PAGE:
Monday, October 29, 2012

“Battle of the Pueo”

“Battle of the Pueo”

A community project of the Honolulu Police Department, local residents and 808 Urban, with support from Hilton Waikiki Prince Hotel, and numerous other businesses.

Kuhio Ave at Lili‘uokalani Ave., Honolulu, HI
Artists: 808 Urban Jr. Boards, Prime, Estria
September 2012

bus-stop

eggs

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puu_pueo_kalo

kapoi_hookupu

heiau

footprint_rainbows

kapoi_freed

pueo_attack

pueo_eclipse

kapoi_kakuhihewa_hongi

wekepueo

guys_posing

crowd

police_leis

teens_kamanao

Wednesday, June 20, 2012

O ka Mihi ka La’au Mua, a he Piko Hou

“O ka Mihi ka La’au Mua, a he Piko Hou”
New Beginnings Start With Forgiveness


Cooke St. at Auahi St., Honolulu, HI
Artists: Prime, Trek6, Mike Bam, Estria
February 2012

O ka Mihi ka Laau

This mural is about rebirth, regeneration and new beginnings. New beginnings must first begin with forgiveness. Before forgiveness, we must acknowledge our fears.

The mural brings the old stories back to life by connecting them with today's youth. It is a place for parents to share stories with their families. It has allowed for energy to flow again, despite all the concrete.

O ka Mihi ka Laau

O ka Mihi ka Laau

O ka Mihi ka Laau

Lono, the god of fertility, is surrounded with kamapua'a (pigs), kalo (taro) roots, verdant greenery and an ohia flower to symbolize rebirth. The ohia grows on lava rock, where nothing should grow. Lono has his o'o (staff) he uses to touch the earth, allowing the waters of life to flow, and crops to grow. The food represents prosperity, the kind that existed before money. Hi'iaka's waters surround the eight major Hawaiian islands. Behind Lono is the Taino (native Puerto Rican) symbol for fertility.

O ka Mihi ka Laau

O ka Mihi ka Laau

A young Kanaloa, the ocean god, is paddling a wa'a (canoe) to the newly born islands.

O ka Mihi ka Laau

O ka Mihi ka Laau

Pele is based on a photo of Prime's daughter.

O ka Mihi ka Laau

Where the lava meets the ocean, new land begins. Pele, goddess of the volcano, greets Kanaloa with a honi, a kanaka maoli greeting of touching noses and souls, and breathing together.

O ka Mihi ka Laau

O ka Mihi ka Laau

Kane, the god of life, artistic inspiration and spirituality relaxes with his head in the storm clouds. Half po (night) and half day, he is the bringer of the storm rains, from which all crops and life spring forth. As the first god of the Hawaiian Islands, he is wearing the lei palaoa, indicating his position as the head of the family of gods. The palaoa is carved like an open mouth, to represent 'ha' the breath of life.

O ka Mihi ka Laau

Behind Kane stands his daughter Poli'ahu, the snow goddess.

O ka Mihi ka Laau

In the 'awa bowl can be seen the word 'mihi,' which means forgiveness. Kawa brings people together and brings clarity and healing.

O ka Mihi ka Laau

Kane and Poli'ahu are wading in the sacred waters of Waiau, the small lake on Mauna Kea, formed solely of melted snow water. Waiau is considered sacred and a few ali'i would go there to bathe and be purified. The cycle of water is shown as rainwater, stream flow, and evaporation rising up to the clouds. All life is dependent on the cycle of water.

O ka Mihi ka Laau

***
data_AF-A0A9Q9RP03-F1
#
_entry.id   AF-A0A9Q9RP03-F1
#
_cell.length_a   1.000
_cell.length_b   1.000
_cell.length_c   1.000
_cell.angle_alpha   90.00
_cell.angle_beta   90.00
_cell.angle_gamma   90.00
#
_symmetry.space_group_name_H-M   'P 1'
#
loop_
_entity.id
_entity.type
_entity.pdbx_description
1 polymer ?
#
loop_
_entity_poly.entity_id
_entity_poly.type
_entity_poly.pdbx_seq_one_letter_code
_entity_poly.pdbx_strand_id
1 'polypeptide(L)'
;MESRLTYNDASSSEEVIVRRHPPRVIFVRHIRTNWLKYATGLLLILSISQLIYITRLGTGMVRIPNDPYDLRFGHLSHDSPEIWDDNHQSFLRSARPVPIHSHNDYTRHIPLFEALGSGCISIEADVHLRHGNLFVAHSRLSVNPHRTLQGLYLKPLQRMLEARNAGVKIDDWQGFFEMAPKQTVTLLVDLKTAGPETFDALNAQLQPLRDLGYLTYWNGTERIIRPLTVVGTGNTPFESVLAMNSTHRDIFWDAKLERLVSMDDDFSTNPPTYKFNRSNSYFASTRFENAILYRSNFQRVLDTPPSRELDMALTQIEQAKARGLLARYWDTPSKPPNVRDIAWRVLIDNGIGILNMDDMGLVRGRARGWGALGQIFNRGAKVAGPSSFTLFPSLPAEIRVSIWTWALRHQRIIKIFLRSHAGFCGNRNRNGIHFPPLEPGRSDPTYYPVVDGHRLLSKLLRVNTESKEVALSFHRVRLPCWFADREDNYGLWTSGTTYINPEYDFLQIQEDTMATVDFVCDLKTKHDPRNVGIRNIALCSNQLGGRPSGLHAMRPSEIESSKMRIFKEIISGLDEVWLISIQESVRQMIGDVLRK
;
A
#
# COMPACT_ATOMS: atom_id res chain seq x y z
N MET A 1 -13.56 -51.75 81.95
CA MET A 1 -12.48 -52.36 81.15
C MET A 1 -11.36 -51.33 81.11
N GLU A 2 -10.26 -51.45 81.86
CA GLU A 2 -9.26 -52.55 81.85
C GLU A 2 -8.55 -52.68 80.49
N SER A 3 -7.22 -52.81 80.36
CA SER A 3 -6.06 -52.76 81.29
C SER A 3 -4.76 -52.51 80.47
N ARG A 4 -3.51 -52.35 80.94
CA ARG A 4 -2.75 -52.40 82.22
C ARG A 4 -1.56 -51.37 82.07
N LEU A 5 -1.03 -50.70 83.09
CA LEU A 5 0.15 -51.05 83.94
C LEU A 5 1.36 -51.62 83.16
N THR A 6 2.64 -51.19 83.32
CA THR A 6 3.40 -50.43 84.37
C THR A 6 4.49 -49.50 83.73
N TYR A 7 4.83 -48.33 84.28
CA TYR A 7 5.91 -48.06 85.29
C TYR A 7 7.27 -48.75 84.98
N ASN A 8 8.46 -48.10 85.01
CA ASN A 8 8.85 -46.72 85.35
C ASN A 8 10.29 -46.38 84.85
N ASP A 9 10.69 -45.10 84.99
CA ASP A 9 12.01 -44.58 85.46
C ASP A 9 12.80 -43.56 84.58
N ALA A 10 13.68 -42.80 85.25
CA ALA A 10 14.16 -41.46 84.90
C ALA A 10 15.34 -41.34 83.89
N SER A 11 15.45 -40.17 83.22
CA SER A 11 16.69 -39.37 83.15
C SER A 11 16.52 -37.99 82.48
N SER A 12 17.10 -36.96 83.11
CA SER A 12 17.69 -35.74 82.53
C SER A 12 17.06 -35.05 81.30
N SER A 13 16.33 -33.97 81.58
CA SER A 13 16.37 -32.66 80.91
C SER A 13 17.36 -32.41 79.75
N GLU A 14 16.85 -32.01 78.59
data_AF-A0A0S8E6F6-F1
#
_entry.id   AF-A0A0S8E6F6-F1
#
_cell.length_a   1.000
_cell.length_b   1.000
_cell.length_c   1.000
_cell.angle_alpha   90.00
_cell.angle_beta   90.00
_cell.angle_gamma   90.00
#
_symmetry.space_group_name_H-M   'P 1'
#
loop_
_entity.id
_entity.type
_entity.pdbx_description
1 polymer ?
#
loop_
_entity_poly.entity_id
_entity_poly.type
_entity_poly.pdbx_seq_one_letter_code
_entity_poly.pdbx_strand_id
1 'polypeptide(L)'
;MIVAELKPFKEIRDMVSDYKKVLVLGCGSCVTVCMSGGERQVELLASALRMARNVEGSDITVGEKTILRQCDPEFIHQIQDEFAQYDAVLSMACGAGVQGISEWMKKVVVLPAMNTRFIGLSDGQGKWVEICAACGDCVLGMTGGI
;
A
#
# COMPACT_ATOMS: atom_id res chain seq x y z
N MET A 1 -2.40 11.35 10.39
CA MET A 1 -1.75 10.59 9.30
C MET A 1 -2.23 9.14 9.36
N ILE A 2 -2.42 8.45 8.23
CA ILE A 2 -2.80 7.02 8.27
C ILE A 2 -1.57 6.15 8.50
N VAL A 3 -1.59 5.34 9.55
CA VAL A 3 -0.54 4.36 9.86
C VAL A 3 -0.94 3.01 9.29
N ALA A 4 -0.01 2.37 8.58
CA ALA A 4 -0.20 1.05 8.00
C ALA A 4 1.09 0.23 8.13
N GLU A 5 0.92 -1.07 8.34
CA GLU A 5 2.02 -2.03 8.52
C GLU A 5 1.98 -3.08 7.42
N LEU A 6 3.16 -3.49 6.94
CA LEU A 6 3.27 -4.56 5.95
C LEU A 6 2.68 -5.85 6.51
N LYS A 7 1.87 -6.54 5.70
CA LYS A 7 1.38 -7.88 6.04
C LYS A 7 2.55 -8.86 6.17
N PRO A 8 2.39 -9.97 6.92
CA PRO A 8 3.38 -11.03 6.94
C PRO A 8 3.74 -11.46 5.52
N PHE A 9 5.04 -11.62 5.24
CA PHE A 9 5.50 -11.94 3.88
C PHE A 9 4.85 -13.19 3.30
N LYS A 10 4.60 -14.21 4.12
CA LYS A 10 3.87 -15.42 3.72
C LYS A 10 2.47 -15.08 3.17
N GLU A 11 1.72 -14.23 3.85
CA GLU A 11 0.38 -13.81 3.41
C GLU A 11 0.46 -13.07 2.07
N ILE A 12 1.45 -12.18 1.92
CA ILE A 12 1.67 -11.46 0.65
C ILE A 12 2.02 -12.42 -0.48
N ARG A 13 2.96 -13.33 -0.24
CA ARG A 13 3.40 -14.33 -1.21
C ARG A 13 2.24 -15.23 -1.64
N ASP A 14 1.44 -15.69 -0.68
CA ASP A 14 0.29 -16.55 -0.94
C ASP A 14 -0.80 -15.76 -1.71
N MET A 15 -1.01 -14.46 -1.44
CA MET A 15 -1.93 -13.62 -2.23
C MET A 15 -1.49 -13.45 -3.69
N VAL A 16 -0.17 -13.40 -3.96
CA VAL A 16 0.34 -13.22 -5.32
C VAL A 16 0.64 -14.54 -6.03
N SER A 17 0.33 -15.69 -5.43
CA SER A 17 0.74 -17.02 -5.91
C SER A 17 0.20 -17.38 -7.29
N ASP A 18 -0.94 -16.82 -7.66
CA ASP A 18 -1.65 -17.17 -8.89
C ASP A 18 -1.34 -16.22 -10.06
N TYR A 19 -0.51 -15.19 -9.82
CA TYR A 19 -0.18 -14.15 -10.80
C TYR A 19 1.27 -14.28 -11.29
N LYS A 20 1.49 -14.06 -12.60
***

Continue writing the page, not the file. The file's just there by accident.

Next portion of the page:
Poli'ahu is wearing a Manuheali'i dress with laua'e leaves. Estria envisioned her as stylish and contemporary. The leaves represent fertility. Her name is two parts: poli, meaning breast/in the arms of, and 'ahu meaning coat/garment. Without the okina, ahu's meaning is temple. Her coat is the cold wind, represented by clouds swirling around her. She can only exist if Kane brings the rain.

O ka Mihi ka Laau

O ka Mihi ka Laau

Mo‘oinanea, the mo‘o guardian of lake Waiau.

O ka Mihi ka Laau

Behind Poli'ahu is Mauna a Wakea with her coat of snow wrapped around its peak. From ocean floor to peak, Mauna a Wakea is the biggest mountain and is a sacred vortex, connecting Earth with the heavens. The development of telescopes on her peaks will block that energy flow. The telescopes must not be allowed there. Above Mauna Akea a portal opens, shining light on the dancing gods.

O ka Mihi ka Laau

Ku, the god of war and husbandry, protects love, and provides for the family. These gods have a balance of hard and soft sides. All the Ku energy in the world needs to be counterbalanced by Hina energy, and that would usher in a new era of beauty and love.

O ka Mihi ka Laau

Trek added the ancient Taino symbol for leader/be the leader.

O ka Mihi ka Laau

Ku and Hina dancing are a perfect yin yang. Hina, the moon goddess, guides the wa'a navigators. She is the epitome of femininity. Ku is also a god of prosperity, here with fish swimming at his feet, and kalo surrounding them.

O ka Mihi ka Laau

Mahalo nui loa to Jasper Wong, Pow Wow Hawai'i, Kamehameha Schools, Fletcher Jones Company, MTN Colors, Kamana'o, Jen, Auli'i, and our family and friends for supporting us!

Saturday, February 18, 2012

Just for a Day 2012

“Just for a Day”
Estria and Prime
Kalauokalani Way off of Kapi‘olani Boulevard, Honolulu, O‘ahu
January 2012

Kanaloa

For this project, Estria wanted to experiment with creating a full-sized character that would cover the entire surface of one wall. He wanted the character to be painted completely with a paint sprayer, as opposed to spray paint. It turned out that a 22’ tall wall wasn’t big enough for the paint sprayer method, though he did spray the entire base coats, which took one day.